Saturday, May 18, 2013

Prompt #146 – Portrait Poem



I paint myself because I am often alone and I am the subject I know best.
– Frida Kahlo

When I first saw DaVinci’s Mona Lisa in the Louvre many years ago, I understood why it’s probably the most famous portrait in the world. Another famous portrait with which many are familiar is Vermeer’s Girl with a Pearl Earring, which inspired the 2003 film of the same title. There are, of course, countless portraits in museums and galleries—faces that look back at us and make us wonder about their painted subjects. This week, the goal is to write a poem in which you create a “word portrait” of yourself (the person you know best, as Frida Kahlo notes in the quote above). Importantly, you will need to be descriptive, but the extra challenge is to be judicious in your use of adjectives and details.

1. One way to begin is to generate a list of words that describe or tell something about you. In generating this list, think about your personality, interests, relationships, memories, loves, dislikes, and desires.
2. Now, imagine looking into a mirror that reveals more than your physical image. What do you see? Add what you see to your list.
3. Next, choose three items from your list and begin writing about them. You’ll need to find connectors and complements for these items, and you’ll need to think hard about yourself in terms of how the items from your list impact or reflect you as a whole.
4. Begin writing (a free write first may be helpful). Review what you’ve written and work the best of it into your poem.
5. Think in terms of metaphors. What extended metaphor might you use to “word paint” your portrait?
6. Alternatively, create a word portrait of someone you know. Follow the same general process, and be sure you select someone you know well. A third possibility (if the first two don’t work for you) would be to write a poem about a famous portrait (in writing a poem based on a painting, you’ll be doing an ekphrastic poem—see prompt #79, September 19, 2011).

Examples:



19 comments:

  1. What fun! This is such a great idea and can be adapted to a range of age groups. Thanks, Adele!

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    1. Thanks, Jamie! So glad you like the prompt!

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    2. Máire Ó Cathail (Ireland)May 21, 2013 at 8:32 AM

      Lovely prompt, Adele.

      I've been reading about the 17-year cicada appearances in the US. Do you have them in your part of the country? Is there a prompt there?

      Máire Ó Cathail (Ireland)

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    3. Thanks, Maire!

      Yes, the 17-year cicadas have begun to emerge in my neighborhood. They don't seem as numerous as the last time, but maybe there are more coming. The humming noise hasn't started yet. The first time I heard it, it sounded like aliens had landed. Quite an experience!

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  2. - WHOA, IS ME!? -

    ...Went searching
    for the Me, the
    other (& others?),
    nay of this Persona or
    cloaked in Person-ality...

    An Odyssey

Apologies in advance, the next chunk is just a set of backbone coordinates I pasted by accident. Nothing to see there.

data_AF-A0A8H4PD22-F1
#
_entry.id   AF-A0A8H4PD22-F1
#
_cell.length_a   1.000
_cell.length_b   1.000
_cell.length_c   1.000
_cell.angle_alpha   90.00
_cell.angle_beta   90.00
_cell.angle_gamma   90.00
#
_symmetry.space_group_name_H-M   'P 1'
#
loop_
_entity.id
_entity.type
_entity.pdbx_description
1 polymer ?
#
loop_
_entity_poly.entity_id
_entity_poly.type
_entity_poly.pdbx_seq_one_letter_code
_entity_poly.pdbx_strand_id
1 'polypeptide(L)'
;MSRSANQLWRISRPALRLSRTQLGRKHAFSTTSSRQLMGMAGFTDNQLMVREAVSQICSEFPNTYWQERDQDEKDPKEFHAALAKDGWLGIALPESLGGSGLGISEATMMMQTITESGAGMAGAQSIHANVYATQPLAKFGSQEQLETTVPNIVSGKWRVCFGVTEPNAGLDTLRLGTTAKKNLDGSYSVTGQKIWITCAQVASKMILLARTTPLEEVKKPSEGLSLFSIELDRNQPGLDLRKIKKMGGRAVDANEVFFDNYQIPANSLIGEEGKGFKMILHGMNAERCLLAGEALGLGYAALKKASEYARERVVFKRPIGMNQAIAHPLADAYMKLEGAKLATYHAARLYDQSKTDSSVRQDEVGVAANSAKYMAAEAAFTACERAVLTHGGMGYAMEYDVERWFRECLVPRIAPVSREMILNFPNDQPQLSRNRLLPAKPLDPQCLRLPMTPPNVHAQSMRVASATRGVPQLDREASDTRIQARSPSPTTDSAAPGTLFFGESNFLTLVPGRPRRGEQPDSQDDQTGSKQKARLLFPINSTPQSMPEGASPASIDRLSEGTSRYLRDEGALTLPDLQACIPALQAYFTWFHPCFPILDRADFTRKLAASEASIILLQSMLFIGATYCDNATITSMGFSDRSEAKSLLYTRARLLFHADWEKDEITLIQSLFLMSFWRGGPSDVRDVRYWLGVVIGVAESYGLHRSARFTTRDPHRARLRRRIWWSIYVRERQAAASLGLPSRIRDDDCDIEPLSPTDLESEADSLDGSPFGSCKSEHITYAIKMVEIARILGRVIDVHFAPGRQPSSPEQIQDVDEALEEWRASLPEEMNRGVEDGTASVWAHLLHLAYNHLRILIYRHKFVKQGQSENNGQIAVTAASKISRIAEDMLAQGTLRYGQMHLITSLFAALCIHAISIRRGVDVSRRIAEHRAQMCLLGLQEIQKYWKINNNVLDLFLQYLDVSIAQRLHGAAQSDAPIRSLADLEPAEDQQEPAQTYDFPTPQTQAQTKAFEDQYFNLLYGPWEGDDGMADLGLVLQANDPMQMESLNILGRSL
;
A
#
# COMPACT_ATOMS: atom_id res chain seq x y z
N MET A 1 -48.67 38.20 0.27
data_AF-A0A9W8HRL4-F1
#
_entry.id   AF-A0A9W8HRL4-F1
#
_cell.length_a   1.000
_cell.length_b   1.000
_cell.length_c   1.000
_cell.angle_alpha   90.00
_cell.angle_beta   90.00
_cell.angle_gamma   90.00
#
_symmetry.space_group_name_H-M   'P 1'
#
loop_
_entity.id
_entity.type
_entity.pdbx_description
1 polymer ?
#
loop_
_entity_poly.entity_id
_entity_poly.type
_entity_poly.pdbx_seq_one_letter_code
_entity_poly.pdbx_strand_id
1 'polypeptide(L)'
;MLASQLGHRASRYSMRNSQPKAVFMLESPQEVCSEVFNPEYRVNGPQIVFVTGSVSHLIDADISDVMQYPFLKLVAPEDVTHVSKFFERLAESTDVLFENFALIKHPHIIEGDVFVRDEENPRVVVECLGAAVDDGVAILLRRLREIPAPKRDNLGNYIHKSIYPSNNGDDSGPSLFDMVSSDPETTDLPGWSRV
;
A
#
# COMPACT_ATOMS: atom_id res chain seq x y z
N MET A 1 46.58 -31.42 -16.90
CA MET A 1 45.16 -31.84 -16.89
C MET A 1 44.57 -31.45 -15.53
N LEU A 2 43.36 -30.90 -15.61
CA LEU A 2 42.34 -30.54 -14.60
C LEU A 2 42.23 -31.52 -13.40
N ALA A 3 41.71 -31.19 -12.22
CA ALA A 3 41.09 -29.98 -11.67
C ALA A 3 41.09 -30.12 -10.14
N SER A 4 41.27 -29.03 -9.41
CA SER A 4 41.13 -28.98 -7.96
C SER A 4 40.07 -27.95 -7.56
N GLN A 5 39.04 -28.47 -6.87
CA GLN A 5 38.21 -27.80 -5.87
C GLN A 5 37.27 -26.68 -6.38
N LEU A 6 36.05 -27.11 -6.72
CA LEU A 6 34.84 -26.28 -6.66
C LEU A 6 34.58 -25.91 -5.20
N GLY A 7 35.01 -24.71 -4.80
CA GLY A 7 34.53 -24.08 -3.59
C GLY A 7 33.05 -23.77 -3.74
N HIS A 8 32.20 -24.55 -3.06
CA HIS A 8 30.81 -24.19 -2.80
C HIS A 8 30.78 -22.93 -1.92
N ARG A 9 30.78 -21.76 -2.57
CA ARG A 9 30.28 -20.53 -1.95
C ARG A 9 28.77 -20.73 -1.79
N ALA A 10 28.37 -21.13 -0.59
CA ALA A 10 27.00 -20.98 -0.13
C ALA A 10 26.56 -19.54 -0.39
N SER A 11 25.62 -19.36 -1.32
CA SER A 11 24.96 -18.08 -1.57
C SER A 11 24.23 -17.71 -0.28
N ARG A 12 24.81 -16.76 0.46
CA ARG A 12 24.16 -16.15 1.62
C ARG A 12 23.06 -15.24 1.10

of sortee & sorting
    deporting of Self,
    hitherthither
    heather & bog
    nary sporting...
    but was the Prince a Frog?

    Anon
    hither & yon
    Stonehenged West
    to the Easter Isle
    Song for the Riff Valley, nostrum tally
    beckons avenged Montezuma

    The 99,000th. Buddha,
    perhaps of Mutang?
    (Hey, might be aquashed they of Qigong,
    now the Red machine churning Green!)

    But Confucion?
    Aye, & Nay
    for this Day went searching
    in not a Fourth Way...
    Went searching (for the Me's)
    cloaked & clayed sans Persona, alone
    Gentleman of Verona, beyond
    the desiccated, cold... asking
    "Who's old bones there lay, who's
    are they?, Pray -
    "Whoa, is Me?"

    H.e.m.-H’H.
    1.3.MMviii.
    Primoris.

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    1. Thanks so much for sharing, Haro! You've done some wonderful things with sonic impression (internal rhyme, alliteration, assonance).

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  3. Adele - Thank you for posting this piece; the curious thing is Its composition parallels the tenor of a James Taylor song, "Pity On The Frozen Man," unbeknownst to me (would like to believe I was channeling my muse; haughty to consider he was channeling me...at best a reciprocity of wave forms & energies).

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    1. Most interesting, HaroHalola. The sound quality is quite distinctive. Is that something you define as part of your style and something that you develop deliberately (or is it something that evolves more organically as you write)?

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  4. Jamie - Hearty thanks; certainly a lifetime as a professional singer/musician (drums, guitar, some piano [lol]) is a huge contributory factor into the sonics of the poetry; this said, It has been a honing & refining process both consciously & humbly-subconsciously. Effective poetry (writing) is gift + talent (acquired craft/skill. My eagerness to "surprise" is one of the foremost tenets of my work, i.e. attempts at never stepping into the same river more than twice. I go with the flow (Muse/Akashic/organic) & hope the skills present to carry It up & down stream.

    I am quite pleased by your enquiry; again, thank you.

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    1. HaroHalola, the music connection makes good sense and explains the rhythms and sounds. Well done!

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    2. HaroHalola,